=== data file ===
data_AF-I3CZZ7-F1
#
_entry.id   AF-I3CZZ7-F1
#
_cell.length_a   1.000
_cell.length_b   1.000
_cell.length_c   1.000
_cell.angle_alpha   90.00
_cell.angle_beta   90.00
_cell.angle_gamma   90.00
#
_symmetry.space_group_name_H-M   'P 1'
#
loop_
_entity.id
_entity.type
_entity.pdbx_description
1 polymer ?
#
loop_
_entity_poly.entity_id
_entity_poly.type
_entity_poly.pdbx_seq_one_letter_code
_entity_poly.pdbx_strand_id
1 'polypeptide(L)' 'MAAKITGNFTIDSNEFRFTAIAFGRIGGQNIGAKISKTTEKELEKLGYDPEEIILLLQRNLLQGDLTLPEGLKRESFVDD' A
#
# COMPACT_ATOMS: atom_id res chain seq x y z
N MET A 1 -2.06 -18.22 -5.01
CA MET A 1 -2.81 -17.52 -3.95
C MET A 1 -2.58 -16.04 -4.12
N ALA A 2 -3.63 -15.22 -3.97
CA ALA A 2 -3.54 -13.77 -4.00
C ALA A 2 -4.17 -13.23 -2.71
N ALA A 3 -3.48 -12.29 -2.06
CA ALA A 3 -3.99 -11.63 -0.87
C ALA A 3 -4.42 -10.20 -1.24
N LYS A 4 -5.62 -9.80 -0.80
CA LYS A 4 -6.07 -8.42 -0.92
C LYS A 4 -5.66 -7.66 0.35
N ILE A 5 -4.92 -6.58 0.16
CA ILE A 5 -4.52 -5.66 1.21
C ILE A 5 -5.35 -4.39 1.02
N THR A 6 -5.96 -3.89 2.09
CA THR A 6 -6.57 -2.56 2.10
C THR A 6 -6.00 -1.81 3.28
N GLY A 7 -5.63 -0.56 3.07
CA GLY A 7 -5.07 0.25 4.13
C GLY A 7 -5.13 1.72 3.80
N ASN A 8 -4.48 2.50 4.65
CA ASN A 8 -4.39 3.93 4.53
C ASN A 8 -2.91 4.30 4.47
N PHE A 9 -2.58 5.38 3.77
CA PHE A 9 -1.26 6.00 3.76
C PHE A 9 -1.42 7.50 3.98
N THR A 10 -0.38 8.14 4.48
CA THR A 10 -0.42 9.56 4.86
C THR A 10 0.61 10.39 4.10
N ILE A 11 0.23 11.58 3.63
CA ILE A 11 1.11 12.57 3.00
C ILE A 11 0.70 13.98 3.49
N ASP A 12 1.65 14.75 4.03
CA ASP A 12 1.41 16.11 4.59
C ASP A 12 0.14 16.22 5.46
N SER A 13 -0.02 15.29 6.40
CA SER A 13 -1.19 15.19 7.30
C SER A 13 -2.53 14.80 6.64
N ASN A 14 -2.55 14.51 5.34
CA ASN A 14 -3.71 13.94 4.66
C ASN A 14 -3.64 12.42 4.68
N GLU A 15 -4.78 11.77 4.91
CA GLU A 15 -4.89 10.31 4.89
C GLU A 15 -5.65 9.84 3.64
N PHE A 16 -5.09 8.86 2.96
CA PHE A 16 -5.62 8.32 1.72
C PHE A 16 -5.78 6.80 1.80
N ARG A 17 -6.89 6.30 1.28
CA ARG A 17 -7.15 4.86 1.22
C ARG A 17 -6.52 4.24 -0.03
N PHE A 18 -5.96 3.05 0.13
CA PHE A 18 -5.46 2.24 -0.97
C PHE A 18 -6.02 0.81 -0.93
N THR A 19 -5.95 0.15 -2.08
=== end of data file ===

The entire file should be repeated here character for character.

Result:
data_AF-I3CZZ7-F1
#
_entry.id   AF-I3CZZ7-F1
#
_cell.length_a   1.000
_cell.length_b   1.000
_cell.length_c   1.000
_cell.angle_alpha   90.00
_cell.angle_beta   90.00
_cell.angle_gamma   90.00
#
_symmetry.space_group_name_H-M   'P 1'
#
loop_
_entity.id
_entity.type
_entity.pdbx_description
1 polymer ?
#
loop_
_entity_poly.entity_id
_entity_poly.type
_entity_poly.pdbx_seq_one_letter_code
_entity_poly.pdbx_strand_id
1 'polypeptide(L)' 'MAAKITGNFTIDSNEFRFTAIAFGRIGGQNIGAKISKTTEKELEKLGYDPEEIILLLQRNLLQGDLTLPEGLKRESFVDD' A
#
# COMPACT_ATOMS: atom_id res chain seq x y z
N MET A 1 -2.06 -18.22 -5.01
CA MET A 1 -2.81 -17.52 -3.95
C MET A 1 -2.58 -16.04 -4.12
N ALA A 2 -3.63 -15.22 -3.97
CA ALA A 2 -3.54 -13.77 -4.00
C ALA A 2 -4.17 -13.23 -2.71
N ALA A 3 -3.48 -12.29 -2.06
CA ALA A 3 -3.99 -11.63 -0.87
C ALA A 3 -4.42 -10.20 -1.24
N LYS A 4 -5.62 -9.80 -0.80
CA LYS A 4 -6.07 -8.42 -0.92
C LYS A 4 -5.66 -7.66 0.35
N ILE A 5 -4.92 -6.58 0.16
CA ILE A 5 -4.52 -5.66 1.21
C ILE A 5 -5.35 -4.39 1.02
N THR A 6 -5.96 -3.89 2.09
CA THR A 6 -6.57 -2.56 2.10
C THR A 6 -6.00 -1.81 3.28
N GLY A 7 -5.63 -0.56 3.07
CA GLY A 7 -5.07 0.25 4.13
C GLY A 7 -5.13 1.72 3.80
N ASN A 8 -4.48 2.50 4.65
CA ASN A 8 -4.39 3.93 4.53
C ASN A 8 -2.91 4.30 4.47
N PHE A 9 -2.58 5.38 3.77
CA PHE A 9 -1.26 6.00 3.76
C PHE A 9 -1.42 7.50 3.98
N THR A 10 -0.38 8.14 4.48
CA THR A 10 -0.42 9.56 4.86
C THR A 10 0.61 10.39 4.10
N ILE A 11 0.23 11.58 3.63
CA ILE A 11 1.11 12.57 3.00
C ILE A 11 0.70 13.98 3.49
N ASP A 12 1.65 14.75 4.03
CA ASP A 12 1.41 16.11 4.59
C ASP A 12 0.14 16.22 5.46
N SER A 13 -0.02 15.29 6.40
CA SER A 13 -1.19 15.19 7.30
C SER A 13 -2.53 14.80 6.64
N ASN A 14 -2.55 14.51 5.34
CA ASN A 14 -3.71 13.94 4.66
C ASN A 14 -3.64 12.42 4.68
N GLU A 15 -4.78 11.77 4.91
CA GLU A 15 -4.89 10.31 4.89
C GLU A 15 -5.65 9.84 3.64
N PHE A 16 -5.09 8.86 2.96
CA PHE A 16 -5.62 8.32 1.72
C PHE A 16 -5.78 6.80 1.80
N ARG A 17 -6.89 6.30 1.28
CA ARG A 17 -7.15 4.86 1.22
C ARG A 17 -6.52 4.24 -0.03
N PHE A 18 -5.96 3.05 0.13
CA PHE A 18 -5.46 2.24 -0.97
C PHE A 18 -6.02 0.81 -0.93
N THR A 19 -5.95 0.15 -2.08